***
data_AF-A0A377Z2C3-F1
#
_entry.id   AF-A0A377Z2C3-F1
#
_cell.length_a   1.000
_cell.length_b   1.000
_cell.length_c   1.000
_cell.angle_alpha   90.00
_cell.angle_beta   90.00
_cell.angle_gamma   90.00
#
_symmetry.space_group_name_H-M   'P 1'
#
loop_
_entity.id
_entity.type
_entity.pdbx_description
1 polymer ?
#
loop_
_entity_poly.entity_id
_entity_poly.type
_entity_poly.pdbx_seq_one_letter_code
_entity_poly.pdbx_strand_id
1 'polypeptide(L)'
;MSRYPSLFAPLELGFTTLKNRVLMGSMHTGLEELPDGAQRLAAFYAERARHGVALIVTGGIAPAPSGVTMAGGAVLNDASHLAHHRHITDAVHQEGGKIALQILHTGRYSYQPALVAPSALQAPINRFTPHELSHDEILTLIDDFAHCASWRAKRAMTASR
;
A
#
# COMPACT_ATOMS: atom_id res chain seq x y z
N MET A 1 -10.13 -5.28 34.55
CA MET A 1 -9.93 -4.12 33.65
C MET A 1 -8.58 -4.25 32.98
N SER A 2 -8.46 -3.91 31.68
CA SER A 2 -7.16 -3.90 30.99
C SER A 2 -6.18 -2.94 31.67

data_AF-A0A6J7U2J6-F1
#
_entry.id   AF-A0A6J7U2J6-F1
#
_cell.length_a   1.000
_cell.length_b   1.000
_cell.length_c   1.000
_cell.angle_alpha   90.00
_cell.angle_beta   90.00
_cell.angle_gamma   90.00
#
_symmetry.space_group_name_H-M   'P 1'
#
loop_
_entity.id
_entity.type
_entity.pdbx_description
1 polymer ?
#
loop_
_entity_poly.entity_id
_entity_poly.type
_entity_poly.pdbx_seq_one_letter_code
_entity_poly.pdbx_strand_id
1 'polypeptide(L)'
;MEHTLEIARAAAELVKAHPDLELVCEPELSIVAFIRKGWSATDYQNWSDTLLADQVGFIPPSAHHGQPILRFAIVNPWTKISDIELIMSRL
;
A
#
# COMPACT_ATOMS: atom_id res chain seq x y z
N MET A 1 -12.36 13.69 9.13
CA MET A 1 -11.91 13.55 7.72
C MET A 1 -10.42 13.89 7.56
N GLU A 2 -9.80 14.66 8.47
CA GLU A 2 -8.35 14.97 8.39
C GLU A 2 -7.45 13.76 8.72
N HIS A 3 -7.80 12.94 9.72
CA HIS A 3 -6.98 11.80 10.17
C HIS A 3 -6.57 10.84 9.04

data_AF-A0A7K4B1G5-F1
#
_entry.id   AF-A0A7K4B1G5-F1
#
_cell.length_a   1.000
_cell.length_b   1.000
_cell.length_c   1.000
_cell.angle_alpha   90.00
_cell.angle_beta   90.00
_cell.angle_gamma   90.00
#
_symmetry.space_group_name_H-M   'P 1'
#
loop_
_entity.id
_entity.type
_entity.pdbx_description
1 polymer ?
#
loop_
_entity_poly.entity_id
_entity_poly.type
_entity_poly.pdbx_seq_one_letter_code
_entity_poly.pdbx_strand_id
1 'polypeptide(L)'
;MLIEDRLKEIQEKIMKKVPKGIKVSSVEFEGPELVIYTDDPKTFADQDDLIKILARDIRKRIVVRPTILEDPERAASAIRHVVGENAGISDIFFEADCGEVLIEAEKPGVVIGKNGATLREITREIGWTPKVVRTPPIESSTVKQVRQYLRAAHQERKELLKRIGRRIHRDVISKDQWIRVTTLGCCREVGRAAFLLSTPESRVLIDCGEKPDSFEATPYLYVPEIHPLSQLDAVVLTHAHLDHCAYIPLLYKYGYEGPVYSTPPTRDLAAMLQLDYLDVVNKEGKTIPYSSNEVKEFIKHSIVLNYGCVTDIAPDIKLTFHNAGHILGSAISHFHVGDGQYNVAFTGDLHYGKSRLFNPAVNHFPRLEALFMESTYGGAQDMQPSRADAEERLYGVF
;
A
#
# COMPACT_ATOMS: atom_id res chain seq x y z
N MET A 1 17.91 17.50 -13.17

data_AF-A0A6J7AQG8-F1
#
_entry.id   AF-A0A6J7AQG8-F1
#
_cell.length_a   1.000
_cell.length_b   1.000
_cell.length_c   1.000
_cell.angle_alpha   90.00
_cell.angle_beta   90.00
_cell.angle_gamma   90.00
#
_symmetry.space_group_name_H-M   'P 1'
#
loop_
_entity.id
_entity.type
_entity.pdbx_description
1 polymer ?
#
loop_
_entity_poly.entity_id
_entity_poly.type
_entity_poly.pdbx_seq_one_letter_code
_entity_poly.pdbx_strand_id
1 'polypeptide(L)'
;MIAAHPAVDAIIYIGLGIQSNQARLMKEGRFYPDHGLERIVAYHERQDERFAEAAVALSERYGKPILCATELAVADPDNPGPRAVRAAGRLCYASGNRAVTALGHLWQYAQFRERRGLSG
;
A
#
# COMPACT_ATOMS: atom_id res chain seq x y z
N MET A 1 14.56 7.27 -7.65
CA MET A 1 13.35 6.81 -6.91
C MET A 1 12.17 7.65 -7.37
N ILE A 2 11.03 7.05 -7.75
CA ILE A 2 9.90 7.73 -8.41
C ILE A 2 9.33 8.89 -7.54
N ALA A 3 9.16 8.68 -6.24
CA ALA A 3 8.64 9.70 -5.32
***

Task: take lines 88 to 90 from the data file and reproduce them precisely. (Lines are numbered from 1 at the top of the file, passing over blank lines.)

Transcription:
#
loop_
_entity.id